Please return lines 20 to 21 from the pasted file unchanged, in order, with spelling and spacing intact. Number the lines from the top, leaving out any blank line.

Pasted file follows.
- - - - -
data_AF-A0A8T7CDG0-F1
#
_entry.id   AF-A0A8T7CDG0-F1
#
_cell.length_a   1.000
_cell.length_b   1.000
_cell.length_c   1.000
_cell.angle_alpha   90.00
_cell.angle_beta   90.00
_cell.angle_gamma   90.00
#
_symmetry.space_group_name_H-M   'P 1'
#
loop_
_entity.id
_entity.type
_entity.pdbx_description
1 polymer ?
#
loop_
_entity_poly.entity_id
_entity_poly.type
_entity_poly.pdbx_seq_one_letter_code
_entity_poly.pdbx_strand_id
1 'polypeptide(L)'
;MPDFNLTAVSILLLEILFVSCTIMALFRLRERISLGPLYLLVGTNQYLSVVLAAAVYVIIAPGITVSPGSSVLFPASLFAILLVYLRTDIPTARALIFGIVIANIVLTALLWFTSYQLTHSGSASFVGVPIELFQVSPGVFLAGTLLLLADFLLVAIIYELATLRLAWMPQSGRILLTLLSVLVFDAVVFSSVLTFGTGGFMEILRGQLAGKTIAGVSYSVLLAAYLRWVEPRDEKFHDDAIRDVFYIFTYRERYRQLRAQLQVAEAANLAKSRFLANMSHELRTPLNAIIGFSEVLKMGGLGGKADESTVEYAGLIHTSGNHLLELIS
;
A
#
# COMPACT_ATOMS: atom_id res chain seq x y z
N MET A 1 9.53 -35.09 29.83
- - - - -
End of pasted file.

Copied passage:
loop_
_entity_poly.entity_id